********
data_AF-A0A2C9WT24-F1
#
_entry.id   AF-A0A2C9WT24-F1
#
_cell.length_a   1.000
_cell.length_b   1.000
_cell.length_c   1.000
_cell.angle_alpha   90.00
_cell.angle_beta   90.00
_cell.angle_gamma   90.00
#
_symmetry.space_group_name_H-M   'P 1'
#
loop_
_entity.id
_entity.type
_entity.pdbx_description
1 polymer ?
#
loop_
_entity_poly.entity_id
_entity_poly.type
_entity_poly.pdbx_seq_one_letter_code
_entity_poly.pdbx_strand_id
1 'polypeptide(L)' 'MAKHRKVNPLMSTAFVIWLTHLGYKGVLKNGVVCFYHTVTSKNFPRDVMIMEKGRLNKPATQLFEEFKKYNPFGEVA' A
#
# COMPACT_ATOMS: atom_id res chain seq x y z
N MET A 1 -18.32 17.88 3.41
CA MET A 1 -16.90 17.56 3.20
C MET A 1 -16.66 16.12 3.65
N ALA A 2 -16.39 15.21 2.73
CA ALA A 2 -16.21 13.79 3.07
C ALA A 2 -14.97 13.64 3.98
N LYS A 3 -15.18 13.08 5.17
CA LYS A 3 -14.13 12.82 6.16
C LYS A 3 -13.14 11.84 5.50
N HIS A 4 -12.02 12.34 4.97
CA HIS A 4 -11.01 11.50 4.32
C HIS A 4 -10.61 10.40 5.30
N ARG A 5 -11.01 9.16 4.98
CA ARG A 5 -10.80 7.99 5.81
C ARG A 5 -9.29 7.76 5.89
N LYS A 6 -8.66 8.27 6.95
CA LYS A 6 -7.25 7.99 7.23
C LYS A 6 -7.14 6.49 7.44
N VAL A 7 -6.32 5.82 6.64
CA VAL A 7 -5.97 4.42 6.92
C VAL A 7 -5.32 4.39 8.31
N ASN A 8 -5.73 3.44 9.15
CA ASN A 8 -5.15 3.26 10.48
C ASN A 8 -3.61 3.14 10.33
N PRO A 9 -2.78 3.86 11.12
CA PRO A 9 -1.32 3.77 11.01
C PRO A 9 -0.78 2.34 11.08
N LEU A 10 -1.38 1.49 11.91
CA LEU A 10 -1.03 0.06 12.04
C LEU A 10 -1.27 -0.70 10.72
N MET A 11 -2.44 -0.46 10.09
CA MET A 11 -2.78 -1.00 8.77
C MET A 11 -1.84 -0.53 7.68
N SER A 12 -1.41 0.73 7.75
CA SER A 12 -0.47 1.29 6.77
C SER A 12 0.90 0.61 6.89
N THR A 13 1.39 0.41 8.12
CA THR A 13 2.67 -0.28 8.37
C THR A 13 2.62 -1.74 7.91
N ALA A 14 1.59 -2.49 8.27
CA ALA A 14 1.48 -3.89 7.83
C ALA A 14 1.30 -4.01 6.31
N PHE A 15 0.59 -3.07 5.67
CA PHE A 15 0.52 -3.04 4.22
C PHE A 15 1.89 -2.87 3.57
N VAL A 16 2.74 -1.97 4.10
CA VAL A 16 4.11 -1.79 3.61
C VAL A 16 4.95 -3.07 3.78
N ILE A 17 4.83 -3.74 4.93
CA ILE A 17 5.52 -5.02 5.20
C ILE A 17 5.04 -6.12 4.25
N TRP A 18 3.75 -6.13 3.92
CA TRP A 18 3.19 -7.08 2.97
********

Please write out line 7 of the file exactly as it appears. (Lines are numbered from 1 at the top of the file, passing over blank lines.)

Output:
_cell.length_c   1.000